Science Daily, 28 Sep 2015

thanks to ddh

fish getting bigger but growing slower

Climate change is leading to bigger fish in shallow water, but they are growing slower at greater depths, CSIRO research in Tasmania suggests. These observations suggest that global climate change has enhanced some elements of productivity of shallow-water stocks but at the same time reduced the productivity and possibly the resilience of deep water stocks. The Australian research was published by the US National Academy of Sciences this week.
The Age, 27 Apr 2007

shrinking salmon set to soar

A new study released by Vancity says there will be a significant decline in the province’s salmon stock within the next five decades due to climate change and the drop in fish numbers would result in soaring prices.

“This is a really tangible way for people to understand the impact of climate change,” says Rashid Sumaila, one of the study’s authors who has been working with the UBC’s fisheries research unit for over 20 years.

Sumaila is urging all levels of government in Canada to take action. He says while projections are set for 2050, the move to reduce carbon dioxide emissions has to start now.

He also says the public is equally responsible for taking the initiative for change. “Make sure your carbon footprint is as minimal as you can. Get to your representatives, let them know this is serious.”
CBC (British Columbia) News, 6 Jul 2015

thanks to Joe Public

watch out for giant crabs!

Researchers from the University of Southampton have drawn together 200 years’ worth of oceanographic knowledge to investigate the distribution of a notorious deep-sea giant – the king crab.

The results, published this week in the Journal of Biogeography, reveal temperature as a driving force behind the divergence of a major seafloor predator; globally, and over tens of millions of years of Earth’s history.

“Recent range extensions of king crabs into Antarctica, as well as that of the red king crab Paralithodes camtchaticus in the Barents Sea and along the coast off Norway emphasise the responsiveness of this group to rapid climate change,” said research student Sally Hall.
Science Daily, 19/7/09

fish getting smaller

………………………………….
Global warming is likely to shrink the size of fish by as much as a quarter in coming decades, according to a groundbreaking study of the world’s oceans.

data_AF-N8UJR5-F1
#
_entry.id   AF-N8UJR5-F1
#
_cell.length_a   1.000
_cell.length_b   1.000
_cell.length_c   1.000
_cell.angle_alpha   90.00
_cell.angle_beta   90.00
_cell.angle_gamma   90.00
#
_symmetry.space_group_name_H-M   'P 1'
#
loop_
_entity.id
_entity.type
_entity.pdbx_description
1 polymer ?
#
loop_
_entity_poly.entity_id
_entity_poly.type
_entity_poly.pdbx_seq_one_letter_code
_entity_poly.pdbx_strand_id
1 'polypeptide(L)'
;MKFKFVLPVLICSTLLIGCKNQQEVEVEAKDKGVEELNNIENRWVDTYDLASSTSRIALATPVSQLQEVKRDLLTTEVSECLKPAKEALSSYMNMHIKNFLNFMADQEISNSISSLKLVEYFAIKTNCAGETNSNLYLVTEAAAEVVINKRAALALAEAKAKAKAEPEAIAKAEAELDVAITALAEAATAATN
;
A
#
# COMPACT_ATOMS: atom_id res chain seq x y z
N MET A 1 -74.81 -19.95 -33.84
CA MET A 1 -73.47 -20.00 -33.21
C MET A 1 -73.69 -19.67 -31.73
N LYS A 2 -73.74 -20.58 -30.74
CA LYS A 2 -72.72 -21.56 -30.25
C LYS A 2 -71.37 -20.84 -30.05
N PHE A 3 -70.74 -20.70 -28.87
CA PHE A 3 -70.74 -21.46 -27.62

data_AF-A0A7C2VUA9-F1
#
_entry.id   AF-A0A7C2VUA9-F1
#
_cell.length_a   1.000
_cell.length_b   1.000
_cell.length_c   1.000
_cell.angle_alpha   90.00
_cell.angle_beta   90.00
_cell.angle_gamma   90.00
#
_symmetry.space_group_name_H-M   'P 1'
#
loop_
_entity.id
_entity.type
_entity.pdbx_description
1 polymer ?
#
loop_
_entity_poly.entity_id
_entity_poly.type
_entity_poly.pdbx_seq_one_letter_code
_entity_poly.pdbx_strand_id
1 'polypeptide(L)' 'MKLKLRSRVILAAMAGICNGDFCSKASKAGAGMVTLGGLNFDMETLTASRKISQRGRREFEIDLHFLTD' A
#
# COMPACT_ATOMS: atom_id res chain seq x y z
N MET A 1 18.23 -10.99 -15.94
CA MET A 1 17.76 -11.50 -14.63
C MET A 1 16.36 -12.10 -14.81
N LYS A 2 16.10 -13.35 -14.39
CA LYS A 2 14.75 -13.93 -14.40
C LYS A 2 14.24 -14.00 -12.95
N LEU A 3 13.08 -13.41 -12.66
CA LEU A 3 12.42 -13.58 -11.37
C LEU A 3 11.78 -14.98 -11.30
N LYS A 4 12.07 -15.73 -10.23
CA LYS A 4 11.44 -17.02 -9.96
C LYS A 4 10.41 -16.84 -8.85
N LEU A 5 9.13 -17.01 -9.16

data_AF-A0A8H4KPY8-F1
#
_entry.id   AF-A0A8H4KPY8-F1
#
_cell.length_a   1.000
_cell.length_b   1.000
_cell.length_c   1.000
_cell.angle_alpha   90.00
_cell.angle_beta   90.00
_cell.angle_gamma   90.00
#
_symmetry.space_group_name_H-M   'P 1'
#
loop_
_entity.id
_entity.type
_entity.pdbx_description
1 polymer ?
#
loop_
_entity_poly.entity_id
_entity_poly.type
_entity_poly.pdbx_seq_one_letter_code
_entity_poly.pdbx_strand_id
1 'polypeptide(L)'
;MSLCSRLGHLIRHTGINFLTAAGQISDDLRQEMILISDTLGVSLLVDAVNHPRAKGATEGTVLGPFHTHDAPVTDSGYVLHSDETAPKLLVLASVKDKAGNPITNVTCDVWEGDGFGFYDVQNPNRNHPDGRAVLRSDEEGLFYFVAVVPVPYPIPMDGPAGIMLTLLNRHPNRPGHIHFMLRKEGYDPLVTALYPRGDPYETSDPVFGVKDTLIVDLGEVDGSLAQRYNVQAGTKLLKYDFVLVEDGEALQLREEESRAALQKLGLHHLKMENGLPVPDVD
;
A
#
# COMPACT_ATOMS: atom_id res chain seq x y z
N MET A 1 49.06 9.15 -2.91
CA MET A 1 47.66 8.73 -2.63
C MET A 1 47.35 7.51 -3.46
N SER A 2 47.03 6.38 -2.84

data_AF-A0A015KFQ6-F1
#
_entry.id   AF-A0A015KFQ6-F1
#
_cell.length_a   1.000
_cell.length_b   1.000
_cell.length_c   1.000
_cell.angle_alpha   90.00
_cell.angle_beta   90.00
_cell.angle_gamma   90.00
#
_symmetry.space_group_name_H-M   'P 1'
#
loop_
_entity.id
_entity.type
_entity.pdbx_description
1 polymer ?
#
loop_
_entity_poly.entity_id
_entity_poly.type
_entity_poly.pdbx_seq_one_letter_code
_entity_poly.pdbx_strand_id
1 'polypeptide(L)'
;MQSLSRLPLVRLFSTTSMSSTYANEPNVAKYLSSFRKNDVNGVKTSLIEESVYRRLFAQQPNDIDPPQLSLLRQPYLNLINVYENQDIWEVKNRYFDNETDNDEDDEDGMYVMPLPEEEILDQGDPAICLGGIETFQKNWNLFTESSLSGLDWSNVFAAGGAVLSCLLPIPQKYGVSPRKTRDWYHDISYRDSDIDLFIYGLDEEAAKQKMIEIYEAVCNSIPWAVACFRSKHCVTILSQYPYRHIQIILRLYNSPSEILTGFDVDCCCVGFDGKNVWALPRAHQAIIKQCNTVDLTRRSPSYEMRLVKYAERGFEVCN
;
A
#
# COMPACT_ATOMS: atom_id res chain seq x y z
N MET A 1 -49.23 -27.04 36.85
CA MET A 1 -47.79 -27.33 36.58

Researchers modelled the effect of rising ocean temperatures on the growth and distribution of more than 600 fish species around the world and found they were expected to shrink by 14-24 per cent by 2050.

Sydney Morning Herald, 2 Oct 2012

fish getting bigger

The tuna industry says climate change is bringing benefits. The chief executive of the Australian Southern Bluefin Tuna Association, Brian Jeffriess, says Port Lincoln crews in South Australia are reporting an excellent quality and size catch. He says it can be partly attributed to the effects of climate change on the waters of the Great Australian Bight.
ABC News (Australia, 11 July 2008
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chaos as ocean fills with dizzy fish

Young coral reef fish with misshapen ear bones are more likely to get lost and die, and exposure to warmer waters makes the problem worse, according to a study of fish living around Lizard Island on the Great Barrier Reef, Australia.

Monica Gagliano at the Australian Institute of Marine Science in Townsville, Queensland. Gagliano says that as-yet-unpublished work shows that exposing adult reef fish to higher water temperatures and increasingly acid water – both of which are associated with global warming – increases the percentage of offspring born with asymmetrical otoliths.

New Scientist, 6 Mar 2006, ‘Global warming poses deaf threat to tropical fish’

thanks to Andrew Mark Harding

cannibalistic lobsters

First, rising sea temperatures brought on by global warming are encouraging the crustaceans to grow quicker and reproduce more often, says Noah Oppenheim, a marine biology graduate student at the University of Maine.

Second, Oppenheim tells Mother Jones, over-fishing has rid the ocean of the lobster’s natural enemies, which include cod, herring, and other fish.The result is a lot of lobsters that have nothing eat — which is why, as footage taken by Oppenheim shows, they have resorted to cannibalism.
TheWeek.com, 24 Jul 2013

thanks to Russell Cook

invasion – Stingray

A stingray that kills its prey with a giant electric shock has been found off the coast of Britain, it emerged today. Now experts fear shoals of marbled stingray – a relative of the fish that killed Australian crocodile hunter Steve Irwin – will invade Britain this summer due to global warming.
www.mailonsunday.co.uk, 19 Jun 2008

invasion – The non-native sea squirt

While the jellyfish invasion has helped decimate the winter flounder population in Narragansett Bay, the non-native sea squirt may overrun the local oyster and blue mussel communities. ”There is evidence of jellyfish explosions around the world that appear related to the adverse impact of human activities, and those include global warming,” said a representative of the New York City-based Natural Resources Defence Council.
The Boston Globe, 2/7/02.